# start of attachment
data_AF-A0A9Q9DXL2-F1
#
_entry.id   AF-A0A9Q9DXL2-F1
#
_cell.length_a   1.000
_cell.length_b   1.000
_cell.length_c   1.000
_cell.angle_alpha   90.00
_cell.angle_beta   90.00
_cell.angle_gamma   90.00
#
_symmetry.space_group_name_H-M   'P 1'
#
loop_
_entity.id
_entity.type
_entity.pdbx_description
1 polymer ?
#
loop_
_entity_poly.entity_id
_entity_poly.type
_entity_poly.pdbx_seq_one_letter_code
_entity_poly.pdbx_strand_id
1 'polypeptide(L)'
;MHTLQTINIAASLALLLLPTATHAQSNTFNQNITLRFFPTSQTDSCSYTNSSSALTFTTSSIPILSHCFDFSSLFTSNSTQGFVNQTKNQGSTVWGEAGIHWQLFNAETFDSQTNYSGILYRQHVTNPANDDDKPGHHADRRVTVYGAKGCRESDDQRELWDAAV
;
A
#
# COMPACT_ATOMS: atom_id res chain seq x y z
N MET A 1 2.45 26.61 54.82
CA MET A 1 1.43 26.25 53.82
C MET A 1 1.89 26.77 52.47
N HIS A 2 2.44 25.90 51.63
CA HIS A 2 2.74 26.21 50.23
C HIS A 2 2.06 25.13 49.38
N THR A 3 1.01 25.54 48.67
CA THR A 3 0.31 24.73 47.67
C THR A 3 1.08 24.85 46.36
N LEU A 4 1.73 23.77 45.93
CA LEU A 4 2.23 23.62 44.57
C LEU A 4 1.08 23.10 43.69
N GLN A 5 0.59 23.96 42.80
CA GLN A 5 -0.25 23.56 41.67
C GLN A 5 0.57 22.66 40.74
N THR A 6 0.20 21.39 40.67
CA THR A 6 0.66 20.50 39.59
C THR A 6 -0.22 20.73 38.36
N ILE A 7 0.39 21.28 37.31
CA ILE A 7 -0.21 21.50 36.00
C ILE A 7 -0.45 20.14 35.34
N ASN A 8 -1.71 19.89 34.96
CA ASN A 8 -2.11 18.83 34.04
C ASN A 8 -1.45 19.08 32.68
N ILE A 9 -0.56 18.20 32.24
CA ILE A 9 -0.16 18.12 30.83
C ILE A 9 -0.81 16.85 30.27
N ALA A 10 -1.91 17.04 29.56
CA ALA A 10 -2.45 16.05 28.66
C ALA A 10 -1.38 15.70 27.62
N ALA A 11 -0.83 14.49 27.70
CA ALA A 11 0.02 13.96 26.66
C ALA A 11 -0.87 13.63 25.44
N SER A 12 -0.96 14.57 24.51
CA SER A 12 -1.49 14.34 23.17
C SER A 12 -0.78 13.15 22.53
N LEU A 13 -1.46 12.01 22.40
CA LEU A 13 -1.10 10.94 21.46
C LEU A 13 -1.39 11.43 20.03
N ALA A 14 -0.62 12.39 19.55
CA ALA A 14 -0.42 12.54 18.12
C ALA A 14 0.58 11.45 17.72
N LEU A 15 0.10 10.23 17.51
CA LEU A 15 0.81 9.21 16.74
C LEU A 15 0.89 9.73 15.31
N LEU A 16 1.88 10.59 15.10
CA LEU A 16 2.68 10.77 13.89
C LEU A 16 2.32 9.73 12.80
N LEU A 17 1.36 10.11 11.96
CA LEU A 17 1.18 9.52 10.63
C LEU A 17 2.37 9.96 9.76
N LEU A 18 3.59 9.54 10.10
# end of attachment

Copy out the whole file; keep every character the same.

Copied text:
data_AF-A0A9Q9DXL2-F1
#
_entry.id   AF-A0A9Q9DXL2-F1
#
_cell.length_a   1.000
_cell.length_b   1.000
_cell.length_c   1.000
_cell.angle_alpha   90.00
_cell.angle_beta   90.00
_cell.angle_gamma   90.00
#
_symmetry.space_group_name_H-M   'P 1'
#
loop_
_entity.id
_entity.type
_entity.pdbx_description
1 polymer ?
#
loop_
_entity_poly.entity_id
_entity_poly.type
_entity_poly.pdbx_seq_one_letter_code
_entity_poly.pdbx_strand_id
1 'polypeptide(L)'
;MHTLQTINIAASLALLLLPTATHAQSNTFNQNITLRFFPTSQTDSCSYTNSSSALTFTTSSIPILSHCFDFSSLFTSNSTQGFVNQTKNQGSTVWGEAGIHWQLFNAETFDSQTNYSGILYRQHVTNPANDDDKPGHHADRRVTVYGAKGCRESDDQRELWDAAV
;
A
#
# COMPACT_ATOMS: atom_id res chain seq x y z
N MET A 1 2.45 26.61 54.82
CA MET A 1 1.43 26.25 53.82
C MET A 1 1.89 26.77 52.47
N HIS A 2 2.44 25.90 51.63
CA HIS A 2 2.74 26.21 50.23
C HIS A 2 2.06 25.13 49.38
N THR A 3 1.01 25.54 48.67
CA THR A 3 0.31 24.73 47.67
C THR A 3 1.08 24.85 46.36
N LEU A 4 1.73 23.77 45.93
CA LEU A 4 2.23 23.62 44.57
C LEU A 4 1.08 23.10 43.69
N GLN A 5 0.59 23.96 42.80
CA GLN A 5 -0.25 23.56 41.67
C GLN A 5 0.57 22.66 40.74
N THR A 6 0.20 21.39 40.67
CA THR A 6 0.66 20.50 39.59
C THR A 6 -0.22 20.73 38.36
N ILE A 7 0.39 21.28 37.31
CA ILE A 7 -0.21 21.50 36.00
C ILE A 7 -0.45 20.14 35.34
N ASN A 8 -1.71 19.89 34.96
CA ASN A 8 -2.11 18.83 34.04
C ASN A 8 -1.45 19.08 32.68
N ILE A 9 -0.56 18.20 32.24
CA ILE A 9 -0.16 18.12 30.83
C ILE A 9 -0.81 16.85 30.27
N ALA A 10 -1.91 17.04 29.56
CA ALA A 10 -2.45 16.05 28.66
C ALA A 10 -1.38 15.70 27.62
N ALA A 11 -0.83 14.49 27.70
CA ALA A 11 0.02 13.96 26.66
C ALA A 11 -0.87 13.63 25.44
N SER A 12 -0.96 14.57 24.51
CA SER A 12 -1.49 14.34 23.17
C SER A 12 -0.78 13.15 22.53
N LEU A 13 -1.46 12.01 22.40
CA LEU A 13 -1.10 10.94 21.46
C LEU A 13 -1.39 11.43 20.03
N ALA A 14 -0.62 12.39 19.55
CA ALA A 14 -0.42 12.54 18.12
C ALA A 14 0.58 11.45 17.72
N LEU A 15 0.10 10.23 17.51
CA LEU A 15 0.81 9.21 16.74
C LEU A 15 0.89 9.73 15.31
N LEU A 16 1.88 10.59 15.10
CA LEU A 16 2.68 10.77 13.89
C LEU A 16 2.32 9.73 12.80
N LEU A 17 1.36 10.11 11.96
CA LEU A 17 1.18 9.52 10.63
C LEU A 17 2.37 9.96 9.76
N LEU A 18 3.59 9.54 10.10